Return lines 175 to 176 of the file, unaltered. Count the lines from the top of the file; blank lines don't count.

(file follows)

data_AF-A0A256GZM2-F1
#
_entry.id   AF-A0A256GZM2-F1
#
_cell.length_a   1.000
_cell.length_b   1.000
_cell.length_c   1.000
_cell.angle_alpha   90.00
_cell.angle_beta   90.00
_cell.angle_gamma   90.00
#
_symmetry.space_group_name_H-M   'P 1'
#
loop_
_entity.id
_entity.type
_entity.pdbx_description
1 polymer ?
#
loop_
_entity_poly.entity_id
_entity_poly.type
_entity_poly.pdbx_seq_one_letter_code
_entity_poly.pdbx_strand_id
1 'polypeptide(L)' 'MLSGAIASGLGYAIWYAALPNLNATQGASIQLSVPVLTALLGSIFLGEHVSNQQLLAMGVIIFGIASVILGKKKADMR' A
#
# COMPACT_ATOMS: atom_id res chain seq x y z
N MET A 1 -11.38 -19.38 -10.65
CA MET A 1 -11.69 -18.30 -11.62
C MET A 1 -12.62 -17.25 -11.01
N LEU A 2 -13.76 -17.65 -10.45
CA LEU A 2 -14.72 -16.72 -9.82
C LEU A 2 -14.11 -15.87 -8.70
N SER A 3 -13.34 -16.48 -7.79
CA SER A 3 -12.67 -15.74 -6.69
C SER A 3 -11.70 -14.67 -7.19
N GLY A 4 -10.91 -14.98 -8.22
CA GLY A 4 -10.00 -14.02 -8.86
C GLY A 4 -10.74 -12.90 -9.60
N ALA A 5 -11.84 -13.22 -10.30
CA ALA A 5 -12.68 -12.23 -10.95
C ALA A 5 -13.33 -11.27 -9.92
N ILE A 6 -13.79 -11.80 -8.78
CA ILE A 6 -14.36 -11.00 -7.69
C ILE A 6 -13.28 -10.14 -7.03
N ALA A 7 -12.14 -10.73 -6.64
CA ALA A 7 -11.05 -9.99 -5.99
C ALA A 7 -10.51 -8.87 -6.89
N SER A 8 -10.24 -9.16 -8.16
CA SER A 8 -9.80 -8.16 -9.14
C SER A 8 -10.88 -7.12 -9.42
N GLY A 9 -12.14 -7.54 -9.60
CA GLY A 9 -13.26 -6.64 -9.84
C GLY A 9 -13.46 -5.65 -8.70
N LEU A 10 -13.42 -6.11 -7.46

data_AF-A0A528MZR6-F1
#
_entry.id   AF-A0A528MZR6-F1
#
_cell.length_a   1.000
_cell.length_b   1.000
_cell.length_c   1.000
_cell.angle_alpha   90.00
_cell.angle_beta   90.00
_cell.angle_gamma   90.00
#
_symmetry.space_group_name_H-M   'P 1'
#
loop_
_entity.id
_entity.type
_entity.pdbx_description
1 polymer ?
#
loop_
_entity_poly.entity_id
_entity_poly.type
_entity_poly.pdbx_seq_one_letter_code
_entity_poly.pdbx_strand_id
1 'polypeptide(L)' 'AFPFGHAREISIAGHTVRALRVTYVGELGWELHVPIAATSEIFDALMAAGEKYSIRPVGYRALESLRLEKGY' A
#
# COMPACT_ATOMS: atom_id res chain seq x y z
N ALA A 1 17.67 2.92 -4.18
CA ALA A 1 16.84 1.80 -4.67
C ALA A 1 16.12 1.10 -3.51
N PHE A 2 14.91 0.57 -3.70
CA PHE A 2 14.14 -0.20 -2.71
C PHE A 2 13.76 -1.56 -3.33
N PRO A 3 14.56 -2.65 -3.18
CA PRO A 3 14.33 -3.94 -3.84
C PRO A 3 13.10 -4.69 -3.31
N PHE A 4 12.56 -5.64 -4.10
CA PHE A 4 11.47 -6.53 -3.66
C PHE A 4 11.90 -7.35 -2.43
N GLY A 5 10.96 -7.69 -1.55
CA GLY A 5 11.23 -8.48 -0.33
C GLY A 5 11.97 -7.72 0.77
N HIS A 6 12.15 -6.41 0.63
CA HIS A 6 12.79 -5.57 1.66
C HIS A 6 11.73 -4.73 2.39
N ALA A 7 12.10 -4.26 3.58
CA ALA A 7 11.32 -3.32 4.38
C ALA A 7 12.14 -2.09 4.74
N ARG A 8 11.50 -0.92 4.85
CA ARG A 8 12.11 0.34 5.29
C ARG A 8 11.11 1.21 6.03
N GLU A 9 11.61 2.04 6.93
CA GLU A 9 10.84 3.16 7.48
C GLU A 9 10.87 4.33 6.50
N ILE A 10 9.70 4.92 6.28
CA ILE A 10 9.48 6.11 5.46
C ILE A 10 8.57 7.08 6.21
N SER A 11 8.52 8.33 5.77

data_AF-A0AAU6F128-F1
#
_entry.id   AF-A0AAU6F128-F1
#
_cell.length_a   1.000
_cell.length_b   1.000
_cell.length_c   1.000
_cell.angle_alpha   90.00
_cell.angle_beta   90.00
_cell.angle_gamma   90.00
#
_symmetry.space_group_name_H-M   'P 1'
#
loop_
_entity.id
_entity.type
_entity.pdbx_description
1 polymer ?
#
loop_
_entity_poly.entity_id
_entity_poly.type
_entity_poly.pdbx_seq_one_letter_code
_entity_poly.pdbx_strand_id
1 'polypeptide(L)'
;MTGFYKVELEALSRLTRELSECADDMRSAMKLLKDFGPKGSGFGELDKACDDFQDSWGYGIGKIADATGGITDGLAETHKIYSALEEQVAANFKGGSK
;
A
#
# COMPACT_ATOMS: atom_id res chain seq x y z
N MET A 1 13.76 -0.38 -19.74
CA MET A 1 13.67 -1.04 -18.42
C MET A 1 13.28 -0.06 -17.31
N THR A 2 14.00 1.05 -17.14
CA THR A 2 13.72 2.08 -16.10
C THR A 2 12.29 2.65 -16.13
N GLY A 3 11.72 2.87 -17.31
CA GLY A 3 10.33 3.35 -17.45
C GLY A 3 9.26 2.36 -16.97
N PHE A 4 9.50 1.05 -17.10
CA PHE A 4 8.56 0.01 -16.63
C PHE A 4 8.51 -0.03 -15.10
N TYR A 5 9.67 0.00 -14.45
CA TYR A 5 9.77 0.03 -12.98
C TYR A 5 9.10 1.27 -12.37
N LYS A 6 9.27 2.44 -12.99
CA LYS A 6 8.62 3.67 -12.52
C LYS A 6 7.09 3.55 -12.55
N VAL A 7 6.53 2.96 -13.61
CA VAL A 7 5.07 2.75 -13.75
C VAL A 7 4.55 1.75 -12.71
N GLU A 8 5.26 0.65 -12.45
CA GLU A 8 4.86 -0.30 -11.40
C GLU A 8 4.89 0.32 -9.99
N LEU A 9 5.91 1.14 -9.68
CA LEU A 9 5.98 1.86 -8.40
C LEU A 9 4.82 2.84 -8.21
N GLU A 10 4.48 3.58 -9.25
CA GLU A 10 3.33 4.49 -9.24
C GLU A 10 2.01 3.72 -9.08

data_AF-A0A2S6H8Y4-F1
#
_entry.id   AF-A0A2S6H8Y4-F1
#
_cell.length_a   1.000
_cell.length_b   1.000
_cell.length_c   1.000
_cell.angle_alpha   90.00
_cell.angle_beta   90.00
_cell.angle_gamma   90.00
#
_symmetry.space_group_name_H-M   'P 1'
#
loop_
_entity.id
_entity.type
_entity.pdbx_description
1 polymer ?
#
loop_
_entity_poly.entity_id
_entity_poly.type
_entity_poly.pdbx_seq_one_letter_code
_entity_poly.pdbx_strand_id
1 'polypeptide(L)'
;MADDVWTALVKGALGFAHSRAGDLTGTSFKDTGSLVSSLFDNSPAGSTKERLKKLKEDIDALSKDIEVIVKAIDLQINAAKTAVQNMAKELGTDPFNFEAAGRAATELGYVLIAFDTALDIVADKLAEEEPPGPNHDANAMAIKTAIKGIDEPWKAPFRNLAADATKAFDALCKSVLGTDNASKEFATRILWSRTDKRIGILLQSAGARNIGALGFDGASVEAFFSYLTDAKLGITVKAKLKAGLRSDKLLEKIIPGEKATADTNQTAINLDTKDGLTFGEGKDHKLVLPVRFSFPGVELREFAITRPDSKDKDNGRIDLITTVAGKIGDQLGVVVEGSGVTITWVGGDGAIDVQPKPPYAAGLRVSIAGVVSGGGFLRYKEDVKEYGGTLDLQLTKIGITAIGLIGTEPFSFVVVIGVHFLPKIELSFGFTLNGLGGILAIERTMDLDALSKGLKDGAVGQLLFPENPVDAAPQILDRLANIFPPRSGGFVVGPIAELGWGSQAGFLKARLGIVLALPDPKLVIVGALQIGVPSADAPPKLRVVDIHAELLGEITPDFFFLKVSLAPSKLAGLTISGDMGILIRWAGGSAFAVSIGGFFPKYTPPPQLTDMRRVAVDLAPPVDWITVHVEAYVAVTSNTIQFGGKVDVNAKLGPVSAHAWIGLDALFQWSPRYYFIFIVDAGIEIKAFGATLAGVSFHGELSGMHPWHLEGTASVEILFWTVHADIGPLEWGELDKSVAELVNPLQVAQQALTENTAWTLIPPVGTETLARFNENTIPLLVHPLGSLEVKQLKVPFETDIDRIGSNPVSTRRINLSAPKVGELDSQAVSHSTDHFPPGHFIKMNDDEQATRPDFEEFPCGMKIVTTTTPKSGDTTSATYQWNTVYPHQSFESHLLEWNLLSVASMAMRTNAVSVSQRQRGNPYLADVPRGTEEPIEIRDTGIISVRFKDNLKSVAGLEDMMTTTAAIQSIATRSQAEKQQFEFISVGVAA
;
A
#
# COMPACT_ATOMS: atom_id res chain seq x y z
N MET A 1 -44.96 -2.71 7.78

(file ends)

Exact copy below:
#
_entry.id   AF-A0A2S6H8Y4-F1